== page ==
Brooke Wisdom | February 1, 2010
Rating sustainable road projects
Road construction is a more than $80 billion annual industry in the United States. Yet nothing comparable to the LEED rating system for buildings, or the Energy Star system for appliances, existed for highways and roads. Until now.
University of Washington researchers and engineering firm CH2M Hill have created Greenroads, a rating system for sustainable road design and construction. Environmental, economic and social impacts are included. The system outlines minimum requirements to qualify as a green roadway, including a noise mitigation plan, storm-water management plan and waste management plan. It also allows up to 118 points for voluntary actions such as minimizing light pollution, using recycled materials, incorporating quiet pavement and accommodating non-motorized transportation.
“To some, it has not been perceived to be that important, but more and more we’re finding the public is concerned about the environmental impact of roadways.”
Tim Bevan, west region technology manager at CH2M Hill
“The LEED [Leadership in Energy and Environmental Design] system has been really successful and has achieved a lot,” said lead author Steve Muench, a UW assistant professor of civil and environmental engineering. “Roads are a big chunk of the construction industry that has an opportunity to participate more fully in sustainability practices. I think there’s a lot of opportunity there.”
The rating system was developed over the past three years and the first complete version of Greenroads is now available at www.greenroads.us. The system can be used either for new road projects or for upgrades on existing roads. Greenroads’ have three main aims: to recognize companies already using sustainable methods; to provide a catalog of ideas for greener practices; and to offer an incentive for agencies and companies to build more environmentally friendly roads.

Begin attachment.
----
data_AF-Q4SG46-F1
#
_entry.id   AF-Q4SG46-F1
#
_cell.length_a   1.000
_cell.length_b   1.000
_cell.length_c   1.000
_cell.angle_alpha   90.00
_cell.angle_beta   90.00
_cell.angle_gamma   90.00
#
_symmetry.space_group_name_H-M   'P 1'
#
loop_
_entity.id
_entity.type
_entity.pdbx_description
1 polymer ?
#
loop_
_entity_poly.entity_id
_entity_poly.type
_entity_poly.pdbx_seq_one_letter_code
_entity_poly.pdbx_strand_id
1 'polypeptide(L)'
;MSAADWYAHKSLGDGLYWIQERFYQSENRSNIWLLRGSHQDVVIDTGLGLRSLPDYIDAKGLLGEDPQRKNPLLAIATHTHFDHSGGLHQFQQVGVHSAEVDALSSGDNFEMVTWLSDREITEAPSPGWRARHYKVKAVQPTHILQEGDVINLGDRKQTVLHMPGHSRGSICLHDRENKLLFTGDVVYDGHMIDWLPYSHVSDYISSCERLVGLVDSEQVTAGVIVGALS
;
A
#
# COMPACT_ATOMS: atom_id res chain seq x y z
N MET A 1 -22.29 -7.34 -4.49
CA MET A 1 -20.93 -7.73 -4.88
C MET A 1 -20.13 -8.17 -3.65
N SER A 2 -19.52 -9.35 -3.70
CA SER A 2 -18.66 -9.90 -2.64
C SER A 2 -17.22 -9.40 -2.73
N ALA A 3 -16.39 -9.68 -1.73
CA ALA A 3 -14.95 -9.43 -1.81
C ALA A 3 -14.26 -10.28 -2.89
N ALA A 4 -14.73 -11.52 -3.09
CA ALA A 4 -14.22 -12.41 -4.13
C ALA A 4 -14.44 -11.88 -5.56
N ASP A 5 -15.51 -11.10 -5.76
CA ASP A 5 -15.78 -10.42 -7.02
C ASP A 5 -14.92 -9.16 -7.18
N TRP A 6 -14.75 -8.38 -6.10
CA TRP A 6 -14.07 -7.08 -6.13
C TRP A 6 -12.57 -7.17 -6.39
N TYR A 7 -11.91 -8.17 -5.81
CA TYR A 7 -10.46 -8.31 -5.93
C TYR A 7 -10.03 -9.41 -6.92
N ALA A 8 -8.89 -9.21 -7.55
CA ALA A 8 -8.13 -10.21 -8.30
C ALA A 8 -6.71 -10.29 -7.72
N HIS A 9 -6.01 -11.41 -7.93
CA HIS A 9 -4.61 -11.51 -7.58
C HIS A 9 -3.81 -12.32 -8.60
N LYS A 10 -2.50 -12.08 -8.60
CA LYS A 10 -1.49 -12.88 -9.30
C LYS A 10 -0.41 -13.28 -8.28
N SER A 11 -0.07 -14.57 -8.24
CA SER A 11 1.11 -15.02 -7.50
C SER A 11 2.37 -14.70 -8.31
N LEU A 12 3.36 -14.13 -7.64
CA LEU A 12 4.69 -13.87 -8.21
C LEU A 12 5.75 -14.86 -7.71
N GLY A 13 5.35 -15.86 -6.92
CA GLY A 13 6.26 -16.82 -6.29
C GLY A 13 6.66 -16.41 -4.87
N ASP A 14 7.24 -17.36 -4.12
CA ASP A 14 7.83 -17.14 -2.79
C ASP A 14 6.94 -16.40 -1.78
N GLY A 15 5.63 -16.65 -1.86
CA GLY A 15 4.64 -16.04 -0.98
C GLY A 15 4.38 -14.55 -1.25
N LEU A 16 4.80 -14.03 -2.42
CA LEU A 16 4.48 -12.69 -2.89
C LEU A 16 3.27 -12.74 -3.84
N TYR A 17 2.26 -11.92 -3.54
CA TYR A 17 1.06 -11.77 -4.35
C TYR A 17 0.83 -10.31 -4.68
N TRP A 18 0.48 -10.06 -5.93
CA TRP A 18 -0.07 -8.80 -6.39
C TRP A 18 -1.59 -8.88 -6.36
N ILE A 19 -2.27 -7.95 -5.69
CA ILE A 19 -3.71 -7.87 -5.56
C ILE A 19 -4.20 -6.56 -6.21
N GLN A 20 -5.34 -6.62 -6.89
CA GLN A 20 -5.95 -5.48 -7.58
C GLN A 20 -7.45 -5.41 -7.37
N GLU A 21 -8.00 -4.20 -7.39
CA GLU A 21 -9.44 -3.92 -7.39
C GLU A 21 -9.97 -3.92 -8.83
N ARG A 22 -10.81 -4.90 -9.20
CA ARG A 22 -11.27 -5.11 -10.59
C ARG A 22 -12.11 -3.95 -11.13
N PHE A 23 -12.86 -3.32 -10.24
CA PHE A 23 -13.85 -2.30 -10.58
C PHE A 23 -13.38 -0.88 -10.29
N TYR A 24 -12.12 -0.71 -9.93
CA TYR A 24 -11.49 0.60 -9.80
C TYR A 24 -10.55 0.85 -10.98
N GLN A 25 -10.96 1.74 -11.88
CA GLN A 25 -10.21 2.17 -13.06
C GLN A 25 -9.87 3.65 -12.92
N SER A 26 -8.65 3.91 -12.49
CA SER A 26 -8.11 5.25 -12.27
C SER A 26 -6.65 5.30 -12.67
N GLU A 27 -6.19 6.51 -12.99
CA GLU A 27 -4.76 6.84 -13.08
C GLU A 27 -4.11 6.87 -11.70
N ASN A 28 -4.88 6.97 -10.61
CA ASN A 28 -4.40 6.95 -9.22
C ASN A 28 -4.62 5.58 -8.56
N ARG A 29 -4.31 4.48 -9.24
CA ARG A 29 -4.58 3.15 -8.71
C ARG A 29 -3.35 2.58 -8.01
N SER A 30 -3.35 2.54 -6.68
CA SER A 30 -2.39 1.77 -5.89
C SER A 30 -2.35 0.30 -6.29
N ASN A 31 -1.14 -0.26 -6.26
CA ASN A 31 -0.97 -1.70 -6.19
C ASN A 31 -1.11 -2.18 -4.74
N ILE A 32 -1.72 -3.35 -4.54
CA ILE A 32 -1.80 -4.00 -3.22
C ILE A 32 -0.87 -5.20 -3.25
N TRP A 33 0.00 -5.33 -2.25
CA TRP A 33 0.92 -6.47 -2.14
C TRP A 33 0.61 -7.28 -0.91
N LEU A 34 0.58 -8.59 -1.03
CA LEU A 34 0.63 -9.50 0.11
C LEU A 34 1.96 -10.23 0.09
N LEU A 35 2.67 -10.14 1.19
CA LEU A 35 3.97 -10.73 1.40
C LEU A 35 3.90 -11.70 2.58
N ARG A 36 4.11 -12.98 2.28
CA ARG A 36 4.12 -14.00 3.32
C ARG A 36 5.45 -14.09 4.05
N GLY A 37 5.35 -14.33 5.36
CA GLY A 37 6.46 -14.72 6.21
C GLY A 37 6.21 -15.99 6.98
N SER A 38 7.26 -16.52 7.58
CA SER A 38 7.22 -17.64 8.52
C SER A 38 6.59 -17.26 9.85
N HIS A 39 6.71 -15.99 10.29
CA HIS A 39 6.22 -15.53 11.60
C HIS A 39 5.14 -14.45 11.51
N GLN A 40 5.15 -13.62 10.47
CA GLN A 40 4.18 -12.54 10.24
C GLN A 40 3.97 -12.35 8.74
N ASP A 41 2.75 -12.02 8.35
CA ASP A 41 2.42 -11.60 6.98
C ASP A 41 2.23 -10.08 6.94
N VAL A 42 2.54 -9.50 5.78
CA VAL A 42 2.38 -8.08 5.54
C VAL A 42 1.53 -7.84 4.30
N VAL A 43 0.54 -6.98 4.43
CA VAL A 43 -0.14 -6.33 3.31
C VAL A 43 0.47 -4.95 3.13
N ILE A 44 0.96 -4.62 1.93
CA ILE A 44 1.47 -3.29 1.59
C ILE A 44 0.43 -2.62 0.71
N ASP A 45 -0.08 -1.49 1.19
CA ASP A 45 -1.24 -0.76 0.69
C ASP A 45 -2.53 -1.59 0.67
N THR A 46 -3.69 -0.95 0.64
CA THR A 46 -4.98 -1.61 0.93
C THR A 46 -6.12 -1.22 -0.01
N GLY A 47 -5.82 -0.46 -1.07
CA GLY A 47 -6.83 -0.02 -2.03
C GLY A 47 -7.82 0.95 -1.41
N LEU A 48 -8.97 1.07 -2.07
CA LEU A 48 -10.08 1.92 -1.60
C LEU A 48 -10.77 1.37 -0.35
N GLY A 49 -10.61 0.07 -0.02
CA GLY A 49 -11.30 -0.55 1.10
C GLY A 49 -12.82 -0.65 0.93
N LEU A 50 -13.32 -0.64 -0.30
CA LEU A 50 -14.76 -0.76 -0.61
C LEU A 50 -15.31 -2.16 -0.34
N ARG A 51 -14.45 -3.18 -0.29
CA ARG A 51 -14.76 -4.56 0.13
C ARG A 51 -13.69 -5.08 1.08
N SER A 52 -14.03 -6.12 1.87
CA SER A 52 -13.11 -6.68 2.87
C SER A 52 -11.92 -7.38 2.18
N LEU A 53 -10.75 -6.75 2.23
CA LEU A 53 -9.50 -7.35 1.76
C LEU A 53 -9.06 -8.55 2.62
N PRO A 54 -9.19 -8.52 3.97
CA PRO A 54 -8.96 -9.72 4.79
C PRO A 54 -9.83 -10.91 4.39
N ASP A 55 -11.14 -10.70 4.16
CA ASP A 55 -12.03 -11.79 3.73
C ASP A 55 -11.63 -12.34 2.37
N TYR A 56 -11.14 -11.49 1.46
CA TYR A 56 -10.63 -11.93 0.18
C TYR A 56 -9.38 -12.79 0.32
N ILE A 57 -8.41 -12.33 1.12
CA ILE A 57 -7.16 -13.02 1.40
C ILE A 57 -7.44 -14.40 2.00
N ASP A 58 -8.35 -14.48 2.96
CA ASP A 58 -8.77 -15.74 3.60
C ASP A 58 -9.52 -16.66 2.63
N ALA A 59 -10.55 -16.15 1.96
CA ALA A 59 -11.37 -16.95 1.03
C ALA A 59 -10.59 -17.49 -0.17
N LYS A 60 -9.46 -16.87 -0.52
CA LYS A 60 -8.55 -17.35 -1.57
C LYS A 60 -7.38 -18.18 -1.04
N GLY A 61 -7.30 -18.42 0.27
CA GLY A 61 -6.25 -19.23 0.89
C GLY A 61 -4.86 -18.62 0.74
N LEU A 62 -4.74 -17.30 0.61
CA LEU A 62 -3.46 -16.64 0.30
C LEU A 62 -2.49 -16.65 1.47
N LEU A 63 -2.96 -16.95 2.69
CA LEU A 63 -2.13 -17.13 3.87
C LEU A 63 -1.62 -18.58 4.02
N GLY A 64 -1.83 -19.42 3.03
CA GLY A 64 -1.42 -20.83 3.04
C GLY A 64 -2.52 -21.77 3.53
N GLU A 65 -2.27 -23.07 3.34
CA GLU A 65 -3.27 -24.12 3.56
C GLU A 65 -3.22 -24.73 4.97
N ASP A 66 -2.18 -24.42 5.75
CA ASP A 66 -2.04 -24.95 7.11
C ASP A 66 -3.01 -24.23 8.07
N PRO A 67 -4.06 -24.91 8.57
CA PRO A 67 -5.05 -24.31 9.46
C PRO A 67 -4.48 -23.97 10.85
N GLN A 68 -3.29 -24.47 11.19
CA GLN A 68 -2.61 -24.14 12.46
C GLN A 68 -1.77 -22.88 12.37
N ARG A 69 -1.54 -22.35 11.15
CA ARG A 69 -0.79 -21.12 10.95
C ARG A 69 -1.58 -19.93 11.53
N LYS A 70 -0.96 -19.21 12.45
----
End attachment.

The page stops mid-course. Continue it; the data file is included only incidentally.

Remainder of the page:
“This helps our industry become more sustainable and shows the public that we can deliver sustainable roadways,” said Tim Bevan, west region technology manager at CH2M Hill. “To some, it has not been perceived to be that important, but more and more we’re finding the public is concerned about the environmental impacts of roadways.”v
Work Truck Show Is Coming to St. Louis
For anyone responsible for truck fleets, the NTEA Show has a little bit of everything.
More than 65 companies will introduce new vocational trucks, hybrid and alternative fuel vehicles, vehicle components and a wide range of truck equipment at the Work Truck Show in St. Louis, March 10-12.
Thirteen of the world’s leading chassis manufacturers will exhibit. The show is held in conjunction with the 46th Annual National Truck Equipment Association Convention which begins – along with an educational conference and Green Truck Summit – on March 9.
The 50,000 square-foot show, America’s largest work truck event, showcases Class 1-8 vocational trucks and equipment.
This year’s show includes an all-day Fleet Management Symposium focused on financial and operational practices to reduce costs and increase shop labor productivity (March 9). Fleet managers are also invited to a training session and network lunch (March 11) focused on using data to manage fleet costs. Sessions include How to Avoid Costly Errors When Modifying Truck Frames; How to Maximize Tire Life-Cycles and Minimize Overall Cost; Fleet Management Survival Strategies for the Next Decade; Demystifying Weight Distribution Calculations for Work Trucks; Trailer and Towing Factors for Class 1-4 Trucks; Spec’ing Truck Chassis to Match Job Requirements and Optimize Performance; and I Have a Hybrid Truck in the Shop – Now What?
The Chinese are Coming — The Chinese are Coming
We are calling them the BRIC countries, Brazil, Russia. India and China. At the bauma construction equipment trade fair, the world’s largest, this year will see a lot more Chinese exhibitors. In fact there will be about 125 more of them than the last bauma three years ago. In fact China will have its own hall. India will also be significantly better represented than three years ago.